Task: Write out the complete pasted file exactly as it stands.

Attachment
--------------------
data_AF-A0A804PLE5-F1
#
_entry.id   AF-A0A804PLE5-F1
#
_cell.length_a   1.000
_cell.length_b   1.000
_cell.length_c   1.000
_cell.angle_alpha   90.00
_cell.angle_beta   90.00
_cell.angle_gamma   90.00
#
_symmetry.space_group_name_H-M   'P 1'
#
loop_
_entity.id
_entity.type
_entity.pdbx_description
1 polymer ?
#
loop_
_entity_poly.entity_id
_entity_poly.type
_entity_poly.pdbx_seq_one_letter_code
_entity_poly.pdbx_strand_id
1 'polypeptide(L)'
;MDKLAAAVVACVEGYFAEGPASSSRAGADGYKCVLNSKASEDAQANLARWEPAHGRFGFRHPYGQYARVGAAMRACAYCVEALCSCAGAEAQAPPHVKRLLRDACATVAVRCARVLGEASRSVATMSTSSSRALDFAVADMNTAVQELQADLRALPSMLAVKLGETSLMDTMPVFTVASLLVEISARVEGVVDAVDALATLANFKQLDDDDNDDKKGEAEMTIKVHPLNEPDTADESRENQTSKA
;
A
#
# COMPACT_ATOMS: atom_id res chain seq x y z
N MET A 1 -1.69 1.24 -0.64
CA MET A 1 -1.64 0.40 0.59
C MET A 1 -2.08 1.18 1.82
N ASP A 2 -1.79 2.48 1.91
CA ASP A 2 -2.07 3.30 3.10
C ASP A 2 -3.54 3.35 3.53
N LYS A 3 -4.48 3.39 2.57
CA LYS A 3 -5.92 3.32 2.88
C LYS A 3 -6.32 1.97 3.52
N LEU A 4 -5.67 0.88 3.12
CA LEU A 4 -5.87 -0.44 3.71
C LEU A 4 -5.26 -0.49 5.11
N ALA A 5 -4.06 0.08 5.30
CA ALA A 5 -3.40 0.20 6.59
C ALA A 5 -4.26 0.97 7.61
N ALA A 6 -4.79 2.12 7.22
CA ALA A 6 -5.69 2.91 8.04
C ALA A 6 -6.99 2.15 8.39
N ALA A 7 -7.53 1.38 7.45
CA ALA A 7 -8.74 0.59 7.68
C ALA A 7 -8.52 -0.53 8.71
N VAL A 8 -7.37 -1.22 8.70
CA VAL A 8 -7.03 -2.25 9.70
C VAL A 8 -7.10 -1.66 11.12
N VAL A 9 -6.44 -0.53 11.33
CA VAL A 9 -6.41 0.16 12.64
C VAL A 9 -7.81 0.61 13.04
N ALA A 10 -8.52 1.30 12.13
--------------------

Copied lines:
data_AF-A0A804PLE5-F1
#
_entry.id   AF-A0A804PLE5-F1
#
_cell.length_a   1.000
_cell.length_b   1.000
_cell.length_c   1.000
_cell.angle_alpha   90.00
_cell.angle_beta   90.00
_cell.angle_gamma   90.00
#
_symmetry.space_group_name_H-M   'P 1'
#
loop_
_entity.id
_entity.type
_entity.pdbx_description
1 polymer ?
#
loop_
_entity_poly.entity_id
_entity_poly.type
_entity_poly.pdbx_seq_one_letter_code
_entity_poly.pdbx_strand_id
1 'polypeptide(L)'
;MDKLAAAVVACVEGYFAEGPASSSRAGADGYKCVLNSKASEDAQANLARWEPAHGRFGFRHPYGQYARVGAAMRACAYCVEALCSCAGAEAQAPPHVKRLLRDACATVAVRCARVLGEASRSVATMSTSSSRALDFAVADMNTAVQELQADLRALPSMLAVKLGETSLMDTMPVFTVASLLVEISARVEGVVDAVDALATLANFKQLDDDDNDDKKGEAEMTIKVHPLNEPDTADESRENQTSKA
;
A
#
# COMPACT_ATOMS: atom_id res chain seq x y z
N MET A 1 -1.69 1.24 -0.64
CA MET A 1 -1.64 0.40 0.59
C MET A 1 -2.08 1.18 1.82
N ASP A 2 -1.79 2.48 1.91
CA ASP A 2 -2.07 3.30 3.10
C ASP A 2 -3.54 3.35 3.53
N LYS A 3 -4.48 3.39 2.57
CA LYS A 3 -5.92 3.32 2.88
C LYS A 3 -6.32 1.97 3.52
N LEU A 4 -5.67 0.88 3.12
CA LEU A 4 -5.87 -0.44 3.71
C LEU A 4 -5.26 -0.49 5.11
N ALA A 5 -4.06 0.08 5.30
CA ALA A 5 -3.40 0.20 6.59
C ALA A 5 -4.26 0.97 7.61
N ALA A 6 -4.79 2.12 7.22
CA ALA A 6 -5.69 2.91 8.04
C ALA A 6 -6.99 2.15 8.39
N ALA A 7 -7.53 1.38 7.45
CA ALA A 7 -8.74 0.59 7.68
C ALA A 7 -8.52 -0.53 8.71
N VAL A 8 -7.37 -1.22 8.70
CA VAL A 8 -7.03 -2.25 9.70
C VAL A 8 -7.10 -1.66 11.12
N VAL A 9 -6.44 -0.53 11.33
CA VAL A 9 -6.41 0.16 12.64
C VAL A 9 -7.81 0.61 13.04
N ALA A 10 -8.52 1.30 12.13